Who wants to be a millionaire? For most people the answer to this question is YES, of course. Who wouldn’t want to be a millionaire?
Just think of the things you could do with that amount of money, the freedom, opportunity and choices it would give you.
But unless we inherit or win this amount, it might seem too much of a stretch to most of us to think that we would ever reach the million euro mark by just saving alone.
But think again, because it might not be as hard as you would first imagine.
Let me explain further.
One of my favourite personal finance authors, David Bach, suggests that if you save one hour of your income every day and spend the rest on everything else, you will accumulate a significant amount of money and the maths actually backs his claim up.
The average weekly wage in Ireland is c. €700 which translates into an hourly salary of €22 and I know for many it may be over this amount but for the purpose of this exercise, let me work off this figure.
So, let’s assume that you and your partner commit to saving one hour of what you earn every day:
€22 per day by you and €22 by your partner = €44 per day of saving
1 year saving this amount is €44 x 365 = €14,600
Now when you apply the magic of compound interest where your annual return is 7% (this is the historical gains in stock indexes per year and the figure Warren Buffett predicts long term annualised returns will be in the early to mid- 21st century) over a 25 year term, the future value of your savings account will be €923,435.95.
In Bach’s bestselling book, Start Late Finish Rich, he claims you don’t have to start saving very early to end up with a large amount in your savings account when you are older, but obviously saving at a younger age will help you get there easier and faster.
It is not beyond anyone’s reach, however, regardless of their age to build up a significant of money; all you have to do is commit to saving one hour of your income every day. Can you do that?
So the amount you earn between 9am and 10am every day is yours to keep and is going into a savings or pension account and the amount you earn for the rest of the day can go towards taxes, loan repayments, utilities and so on.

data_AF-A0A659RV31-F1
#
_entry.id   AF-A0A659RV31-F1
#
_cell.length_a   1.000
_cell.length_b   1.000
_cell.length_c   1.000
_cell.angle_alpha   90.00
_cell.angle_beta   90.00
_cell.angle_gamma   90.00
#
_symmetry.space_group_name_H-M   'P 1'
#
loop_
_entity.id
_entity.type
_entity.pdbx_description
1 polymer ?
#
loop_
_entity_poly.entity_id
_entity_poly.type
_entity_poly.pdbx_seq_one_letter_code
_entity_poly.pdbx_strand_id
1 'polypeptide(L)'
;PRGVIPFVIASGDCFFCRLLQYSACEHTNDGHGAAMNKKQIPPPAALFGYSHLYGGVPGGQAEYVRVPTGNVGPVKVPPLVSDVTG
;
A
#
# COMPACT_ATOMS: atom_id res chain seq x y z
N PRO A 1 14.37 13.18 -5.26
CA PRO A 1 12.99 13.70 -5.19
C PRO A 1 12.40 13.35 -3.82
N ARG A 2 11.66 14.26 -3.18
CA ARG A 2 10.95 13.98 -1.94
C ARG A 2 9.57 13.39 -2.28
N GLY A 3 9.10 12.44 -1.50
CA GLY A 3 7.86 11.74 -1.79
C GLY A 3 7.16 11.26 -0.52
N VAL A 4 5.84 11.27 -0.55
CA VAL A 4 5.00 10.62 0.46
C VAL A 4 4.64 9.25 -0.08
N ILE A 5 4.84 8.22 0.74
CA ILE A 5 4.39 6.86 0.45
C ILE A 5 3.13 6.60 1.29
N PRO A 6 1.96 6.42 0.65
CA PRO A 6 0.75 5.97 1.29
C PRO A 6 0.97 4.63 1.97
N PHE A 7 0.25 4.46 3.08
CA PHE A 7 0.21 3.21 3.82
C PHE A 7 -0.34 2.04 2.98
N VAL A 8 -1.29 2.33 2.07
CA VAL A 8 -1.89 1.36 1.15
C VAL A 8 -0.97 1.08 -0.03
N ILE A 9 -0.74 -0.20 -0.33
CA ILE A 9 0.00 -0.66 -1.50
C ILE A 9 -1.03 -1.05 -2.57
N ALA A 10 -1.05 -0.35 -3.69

And I appreciate this is easier said than done given the cost of servicing debt and the costs associated with raising children and so on but if you did find it difficult to save one hour of your income every day, could you and your partner save 20 minutes?
Because if you did, in 25 years you would have c. €362,272.15 sitting in your account, so it doesn’t have to rounded up to saving an hour of your income either. Don’t discount smaller amounts and think the amount you will accumulate won’t be worth the effort, this clearly isn’t the case.
When it comes to saving and how much we should be setting aside each month, I believe we need to start changing our behaviour and our mind set from saving a certain rounded amount each month to saving based on the amount of time we spend working each day and paying our self a portion of the income we receive for that day.
When I ask people about the amount they save each month and why it is a particular amount, I would say that nearly 100% of them have no rationale behind the number; it’s an amount they feel they can afford to set aside each month or it’s even a number they continued on with from the good old days of the SSIA accounts of the noughties.
And some of the amounts are quite big but when I equate them to the amount they earn each day, they are small, so do people not value their time and effort and the amount they earn as much as they should?
One person I was working with recently was saving €250 each month, an excellent figure, but this amount compared to the number of hours he was working each month was actually very small because he was saving just 3.7 hours out of a typical month which saw him work 180 hours.
Please do not get me wrong, I am not suggesting that we should all work as hard and as long as we can now and save every cent we earn, so that we can live comfortably when we retire.
Doing this would be insane because you would be denying yourself the things that keep you healthy, happy and sane today but we do need to start valuing our time a bit more because if we do, our savings levels will soar and I’m betting our productivity levels at work will as well.
We work on average 1,529 hours per year, and let me refer back to the example about a couple saving 20 minutes of their income every day because if they did, they would accumulate c. €362,272 in 20 years. Do you know how many hours that is over one year? It’s just 174 hours’ between them out of an average of 3,058 working hours for two people. It doesn’t seem that much when you look at it this way does it?
Again it is very important to consider saving this way, otherwise your chances of achieving a considerable sum of money or becoming that millionaire are greatly reduced.